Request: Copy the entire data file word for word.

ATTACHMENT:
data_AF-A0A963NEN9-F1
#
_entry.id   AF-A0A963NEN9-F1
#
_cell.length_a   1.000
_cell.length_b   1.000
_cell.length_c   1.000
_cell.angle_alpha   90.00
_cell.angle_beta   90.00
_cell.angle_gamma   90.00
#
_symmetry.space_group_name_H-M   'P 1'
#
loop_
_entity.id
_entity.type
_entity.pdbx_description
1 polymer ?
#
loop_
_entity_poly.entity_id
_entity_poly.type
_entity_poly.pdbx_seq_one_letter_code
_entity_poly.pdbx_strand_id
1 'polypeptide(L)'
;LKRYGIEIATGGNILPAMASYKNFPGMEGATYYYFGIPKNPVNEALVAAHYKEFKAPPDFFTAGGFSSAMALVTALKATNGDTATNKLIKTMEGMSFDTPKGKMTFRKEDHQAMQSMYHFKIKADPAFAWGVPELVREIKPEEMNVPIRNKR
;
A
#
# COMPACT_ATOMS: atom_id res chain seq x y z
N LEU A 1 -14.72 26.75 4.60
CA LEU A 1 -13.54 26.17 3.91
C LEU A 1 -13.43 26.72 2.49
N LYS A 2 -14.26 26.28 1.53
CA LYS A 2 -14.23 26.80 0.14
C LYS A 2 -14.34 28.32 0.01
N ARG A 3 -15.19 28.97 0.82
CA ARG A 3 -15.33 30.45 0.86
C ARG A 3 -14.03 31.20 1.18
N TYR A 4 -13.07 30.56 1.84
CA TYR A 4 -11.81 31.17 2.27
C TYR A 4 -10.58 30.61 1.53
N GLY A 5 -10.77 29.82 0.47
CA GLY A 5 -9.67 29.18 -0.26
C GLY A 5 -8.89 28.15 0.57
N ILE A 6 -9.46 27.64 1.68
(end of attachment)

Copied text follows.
data_AF-A0A963NEN9-F1
#
_entry.id   AF-A0A963NEN9-F1
#
_cell.length_a   1.000
_cell.length_b   1.000
_cell.length_c   1.000
_cell.angle_alpha   90.00
_cell.angle_beta   90.00
_cell.angle_gamma   90.00
#
_symmetry.space_group_name_H-M   'P 1'
#
loop_
_entity.id
_entity.type
_entity.pdbx_description
1 polymer ?
#
loop_
_entity_poly.entity_id
_entity_poly.type
_entity_poly.pdbx_seq_one_letter_code
_entity_poly.pdbx_strand_id
1 'polypeptide(L)'
;LKRYGIEIATGGNILPAMASYKNFPGMEGATYYYFGIPKNPVNEALVAAHYKEFKAPPDFFTAGGFSSAMALVTALKATNGDTATNKLIKTMEGMSFDTPKGKMTFRKEDHQAMQSMYHFKIKADPAFAWGVPELVREIKPEEMNVPIRNKR
;
A
#
# COMPACT_ATOMS: atom_id res chain seq x y z
N LEU A 1 -14.72 26.75 4.60
CA LEU A 1 -13.54 26.17 3.91
C LEU A 1 -13.43 26.72 2.49
N LYS A 2 -14.26 26.28 1.53
CA LYS A 2 -14.23 26.80 0.14
C LYS A 2 -14.34 28.32 0.01
N ARG A 3 -15.19 28.97 0.82
CA ARG A 3 -15.33 30.45 0.86
C ARG A 3 -14.03 31.20 1.18
N TYR A 4 -13.07 30.56 1.84
CA TYR A 4 -11.81 31.17 2.27
C TYR A 4 -10.58 30.61 1.53
N GLY A 5 -10.77 29.82 0.47
CA GLY A 5 -9.67 29.18 -0.26
C GLY A 5 -8.89 28.15 0.57
N ILE A 6 -9.46 27.64 1.68